The literature on inequalities in health provides convincing evidence that lower socioeconomic groups have poor oral health when compared to higher socioeconomic groups. Since conventional measures of socioeconomic status such as occupation, income and education have a number of weaknesses which may limit their ability to describe and explain health inequalities, alternatives in the form of area-based measures are increasingly being used. In this paper, a conventional measure, household income, and an area-based measure of socioeconomic status are compared in terms of their ability to identify inequalities in oral health. The data used in the analysis were taken from a telephone interview survey of the oral health of older adults in the province of Ontario, Canada. While household income proved to be a marginally better predictor of these inequalities than the area-based measure, the latter had a number of distinct advantages from an epidemiological and planning perspective. Moreover, it identified variations in measures of oral health that were independent of household income, and the region of the province in which subjects lived.
PubMed ID
8205784 View in PubMed
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Forced expiratory volume in 1 second (FEV1) and forced vital capacity (FVC) variability in asymptomatic never-smoking men.

https://arctichealth.org/en/permalink/ahliterature67573
Source
Clin Physiol. 1998 Jul;18(4):387-96
Publication Type
Article
Date
Jul-1998
Author
S. Humerfelt
G E Eide
G. Kvåle
A. Gulsvik
Author Affiliation
Department of Thoracic Medicine, University of Bergen, Norway.
Source
Clin Physiol. 1998 Jul;18(4):387-96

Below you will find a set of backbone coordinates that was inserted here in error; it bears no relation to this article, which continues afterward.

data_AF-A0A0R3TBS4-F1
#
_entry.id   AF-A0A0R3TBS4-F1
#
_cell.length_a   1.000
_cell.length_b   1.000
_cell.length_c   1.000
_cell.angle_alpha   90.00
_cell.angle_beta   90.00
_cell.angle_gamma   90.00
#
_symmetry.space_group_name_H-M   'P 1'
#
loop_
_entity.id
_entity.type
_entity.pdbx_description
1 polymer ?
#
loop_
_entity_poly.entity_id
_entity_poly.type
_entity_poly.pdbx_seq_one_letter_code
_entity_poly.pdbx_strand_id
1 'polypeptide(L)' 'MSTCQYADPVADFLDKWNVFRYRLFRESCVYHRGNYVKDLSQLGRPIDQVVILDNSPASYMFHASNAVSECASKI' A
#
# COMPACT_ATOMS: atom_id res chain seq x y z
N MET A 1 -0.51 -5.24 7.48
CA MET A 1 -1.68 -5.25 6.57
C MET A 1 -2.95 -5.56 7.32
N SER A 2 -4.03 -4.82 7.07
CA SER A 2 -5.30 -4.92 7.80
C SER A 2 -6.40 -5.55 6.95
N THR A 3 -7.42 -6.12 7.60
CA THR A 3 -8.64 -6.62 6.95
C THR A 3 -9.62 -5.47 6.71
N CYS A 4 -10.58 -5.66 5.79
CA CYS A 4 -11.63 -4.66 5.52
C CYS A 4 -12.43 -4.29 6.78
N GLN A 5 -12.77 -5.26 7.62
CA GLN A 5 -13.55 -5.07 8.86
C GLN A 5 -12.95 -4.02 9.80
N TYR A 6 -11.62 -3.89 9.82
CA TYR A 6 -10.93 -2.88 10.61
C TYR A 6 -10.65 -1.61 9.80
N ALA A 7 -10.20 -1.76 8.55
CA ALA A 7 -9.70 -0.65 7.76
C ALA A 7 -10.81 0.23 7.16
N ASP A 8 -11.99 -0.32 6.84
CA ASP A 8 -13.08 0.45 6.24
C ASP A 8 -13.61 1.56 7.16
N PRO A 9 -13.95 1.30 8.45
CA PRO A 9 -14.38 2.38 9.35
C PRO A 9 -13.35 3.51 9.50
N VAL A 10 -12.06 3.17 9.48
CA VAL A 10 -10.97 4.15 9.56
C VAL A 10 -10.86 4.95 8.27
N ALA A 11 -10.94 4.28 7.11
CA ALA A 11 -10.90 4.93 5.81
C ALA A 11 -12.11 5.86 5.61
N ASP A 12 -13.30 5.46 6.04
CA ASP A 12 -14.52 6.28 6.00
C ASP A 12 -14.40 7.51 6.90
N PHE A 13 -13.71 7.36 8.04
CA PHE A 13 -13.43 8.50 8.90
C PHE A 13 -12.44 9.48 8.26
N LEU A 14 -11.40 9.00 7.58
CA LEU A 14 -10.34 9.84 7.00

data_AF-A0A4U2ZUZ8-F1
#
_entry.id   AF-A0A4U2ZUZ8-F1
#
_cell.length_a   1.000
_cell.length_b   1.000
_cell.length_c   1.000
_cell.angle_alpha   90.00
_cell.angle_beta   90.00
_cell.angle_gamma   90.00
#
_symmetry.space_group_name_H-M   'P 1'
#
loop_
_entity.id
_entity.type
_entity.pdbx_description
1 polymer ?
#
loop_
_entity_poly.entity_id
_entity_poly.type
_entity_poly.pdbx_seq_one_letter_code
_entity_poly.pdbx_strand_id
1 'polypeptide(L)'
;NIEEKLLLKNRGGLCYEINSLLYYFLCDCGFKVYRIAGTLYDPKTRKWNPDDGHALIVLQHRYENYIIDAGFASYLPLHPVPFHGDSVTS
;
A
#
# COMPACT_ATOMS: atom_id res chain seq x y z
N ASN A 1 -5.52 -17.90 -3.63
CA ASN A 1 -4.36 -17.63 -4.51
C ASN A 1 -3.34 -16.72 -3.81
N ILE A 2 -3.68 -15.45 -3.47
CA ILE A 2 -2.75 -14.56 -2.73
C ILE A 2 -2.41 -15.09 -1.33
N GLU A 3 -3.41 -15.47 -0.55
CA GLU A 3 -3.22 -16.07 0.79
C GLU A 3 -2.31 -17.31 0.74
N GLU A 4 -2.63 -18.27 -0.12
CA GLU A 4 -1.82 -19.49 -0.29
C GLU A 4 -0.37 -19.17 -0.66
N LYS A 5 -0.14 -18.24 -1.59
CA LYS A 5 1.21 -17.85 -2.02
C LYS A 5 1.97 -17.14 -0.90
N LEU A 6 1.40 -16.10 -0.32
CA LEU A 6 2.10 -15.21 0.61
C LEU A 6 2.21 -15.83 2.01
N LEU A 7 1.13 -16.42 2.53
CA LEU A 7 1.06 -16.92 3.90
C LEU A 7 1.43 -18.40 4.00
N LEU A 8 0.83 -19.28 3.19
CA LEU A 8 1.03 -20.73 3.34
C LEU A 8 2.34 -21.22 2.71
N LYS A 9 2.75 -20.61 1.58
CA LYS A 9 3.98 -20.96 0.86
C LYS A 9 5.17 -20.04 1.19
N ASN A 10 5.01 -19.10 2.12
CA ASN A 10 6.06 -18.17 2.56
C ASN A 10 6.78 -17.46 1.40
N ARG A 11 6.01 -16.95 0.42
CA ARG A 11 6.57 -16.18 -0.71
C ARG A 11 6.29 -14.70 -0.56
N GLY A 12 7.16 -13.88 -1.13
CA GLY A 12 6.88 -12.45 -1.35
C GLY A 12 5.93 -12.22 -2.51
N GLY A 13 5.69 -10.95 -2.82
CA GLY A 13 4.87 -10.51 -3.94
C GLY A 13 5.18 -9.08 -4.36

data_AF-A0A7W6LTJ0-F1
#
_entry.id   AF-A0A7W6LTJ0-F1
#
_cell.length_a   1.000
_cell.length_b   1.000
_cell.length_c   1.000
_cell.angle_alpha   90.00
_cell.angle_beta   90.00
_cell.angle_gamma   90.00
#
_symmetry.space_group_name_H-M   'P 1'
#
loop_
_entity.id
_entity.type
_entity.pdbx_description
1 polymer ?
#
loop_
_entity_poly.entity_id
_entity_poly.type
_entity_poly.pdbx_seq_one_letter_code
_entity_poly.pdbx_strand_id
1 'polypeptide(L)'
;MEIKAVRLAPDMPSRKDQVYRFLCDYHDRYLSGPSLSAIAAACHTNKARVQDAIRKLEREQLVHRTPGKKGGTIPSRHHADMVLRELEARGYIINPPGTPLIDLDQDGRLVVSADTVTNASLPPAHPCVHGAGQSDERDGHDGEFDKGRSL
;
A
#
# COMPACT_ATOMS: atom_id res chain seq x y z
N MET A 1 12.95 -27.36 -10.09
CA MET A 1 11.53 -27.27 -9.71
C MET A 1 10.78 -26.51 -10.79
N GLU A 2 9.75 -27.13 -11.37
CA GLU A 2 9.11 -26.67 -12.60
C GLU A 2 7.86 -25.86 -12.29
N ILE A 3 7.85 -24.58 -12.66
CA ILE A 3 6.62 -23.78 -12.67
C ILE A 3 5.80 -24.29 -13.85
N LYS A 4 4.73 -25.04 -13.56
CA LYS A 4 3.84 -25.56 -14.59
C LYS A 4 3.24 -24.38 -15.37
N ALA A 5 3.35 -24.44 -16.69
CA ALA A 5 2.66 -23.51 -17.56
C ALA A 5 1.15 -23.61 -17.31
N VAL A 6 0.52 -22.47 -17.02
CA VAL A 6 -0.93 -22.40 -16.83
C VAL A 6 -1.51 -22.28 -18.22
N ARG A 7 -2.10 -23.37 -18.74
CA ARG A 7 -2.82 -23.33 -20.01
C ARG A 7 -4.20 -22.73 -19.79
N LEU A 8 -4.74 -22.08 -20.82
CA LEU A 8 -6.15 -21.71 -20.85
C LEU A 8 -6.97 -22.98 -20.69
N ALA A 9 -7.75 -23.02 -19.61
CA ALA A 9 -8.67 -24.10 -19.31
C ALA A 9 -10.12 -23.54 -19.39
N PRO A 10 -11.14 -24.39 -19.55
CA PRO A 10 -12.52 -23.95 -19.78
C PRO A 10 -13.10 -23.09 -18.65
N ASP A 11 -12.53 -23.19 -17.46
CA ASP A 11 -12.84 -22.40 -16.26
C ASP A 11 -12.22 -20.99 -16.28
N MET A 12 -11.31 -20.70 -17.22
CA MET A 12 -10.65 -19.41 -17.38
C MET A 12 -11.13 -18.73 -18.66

Date
Jul-1998
Language
English
Publication Type
Article
Keywords
Adult
Forced Expiratory Volume - physiology
Humans
Male
Middle Aged
Observer Variation
Regression Analysis
Research Support, Non-U.S. Gov't
Smoking
Spirometry
Vital Capacity - physiology
Abstract
We examined the effects from subjects, technicians and spirometers on within-session variability in successful recordings of forced expiratory volume in 1 second (FEV1) and forced vital capacity (FVC) in 4989 asymptomatic never-smoking men. All eligible men aged 30-46 years living in western Norway (n = 45,380) were invited to a cross-sectional community survey. Information on respiratory symptoms, smoking habits and occupational exposures was obtained from a self-administered questionnaire. Three successful FEV1 and FVC recordings were obtained in 26,368 attendants using three dry-wedge bellow spirometers operated by 10 different technicians. Within-subject standard deviation (SD) from three recordings of FEV1 and FVC was on average 102 and 106 ml, respectively, and increased with height (14 and 17 ml, respectively, per 10 cm) and body mass index (BMI) (11 and 14 ml, respectively, per 5 kg m-2). Between-subject SD of the mean of three FEV1 and FVC recordings was 591 and 754 ml, respectively, and increased in groups of increasing height (43 and 40 ml, respectively, per 10 cm). Small, but significant, differences were observed between technicians in within-subject SD and in levels of FEV1 and FVC. Homogeneity of between-subject variability, necessary for linear regression analysis, was obtained using FEV1 and FVC divided by height squared. In conclusion, within-subject variability in three successful spirometric recordings was small, but dependent on height and BMI of the subjects as well as technician performance. The observed heterogeneity in between-subject variation in FEV1 and FVC levels disappeared when each variable was divided by height squared. Novel multiple linear regression equations for FEV1/height2 and FVC/height2 were developed to be used in evaluating the effects from occupational airborne exposures in Nordic men aged 30-46 years.